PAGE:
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Alexander Shulgin, the first person to synthesize MDMA, dies

The research chemist Alexander Shulgin, the first person to synthesize MDMA — otherwise known in club culture as ecstasy — has died. He was 88.

Brought up in California, Shulgin studied biochemistry and psychiatry after a spell in the US Navy. He first tried the psychoactive drug mescaline in 1960, and this set him on a path to testing and synthesizing potentially psychoactive drugs — setting up his own lab in the mid-60s.

In 1976 Shulgin was introduced to MDMA by a graduate student in San Francisco. He developed a new synthesis method and passed the finished results to his therapist friend Leo Zeff. Zeff began using it for sessions with clients, and soon word spread about the effects of MDMA — or XTC — on people’s emotional states.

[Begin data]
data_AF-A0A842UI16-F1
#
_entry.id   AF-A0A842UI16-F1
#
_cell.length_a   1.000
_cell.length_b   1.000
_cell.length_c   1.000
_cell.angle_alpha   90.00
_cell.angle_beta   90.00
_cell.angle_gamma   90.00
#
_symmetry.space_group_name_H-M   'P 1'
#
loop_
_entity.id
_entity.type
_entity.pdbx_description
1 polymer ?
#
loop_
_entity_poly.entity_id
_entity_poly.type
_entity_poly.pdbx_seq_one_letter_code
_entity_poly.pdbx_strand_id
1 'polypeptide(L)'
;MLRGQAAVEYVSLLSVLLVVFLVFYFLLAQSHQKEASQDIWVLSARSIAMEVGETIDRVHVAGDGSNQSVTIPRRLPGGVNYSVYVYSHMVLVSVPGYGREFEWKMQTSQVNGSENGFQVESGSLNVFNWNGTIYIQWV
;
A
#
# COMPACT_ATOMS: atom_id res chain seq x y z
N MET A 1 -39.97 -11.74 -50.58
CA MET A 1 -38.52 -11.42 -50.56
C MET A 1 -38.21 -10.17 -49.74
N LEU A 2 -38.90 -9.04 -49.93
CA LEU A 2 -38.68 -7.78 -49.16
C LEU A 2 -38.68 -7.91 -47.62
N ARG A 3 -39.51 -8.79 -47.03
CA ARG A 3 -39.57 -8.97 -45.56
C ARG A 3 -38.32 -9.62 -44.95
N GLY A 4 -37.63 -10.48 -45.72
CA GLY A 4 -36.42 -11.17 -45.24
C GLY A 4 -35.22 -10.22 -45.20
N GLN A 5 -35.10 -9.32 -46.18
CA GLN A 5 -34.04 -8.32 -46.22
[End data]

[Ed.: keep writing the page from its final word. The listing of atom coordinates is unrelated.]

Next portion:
As has been well documented, ecstasy then spread to club culture in New York, Chicago, Ibiza, and then the UK and across Europe. Shulgin was subsequently dubbed ‘the godfather of ecstasy’. It is widely thought that without ecstasy to help kick-start it, club culture wouldn’t have bloomed in the same way internationally as it has done today.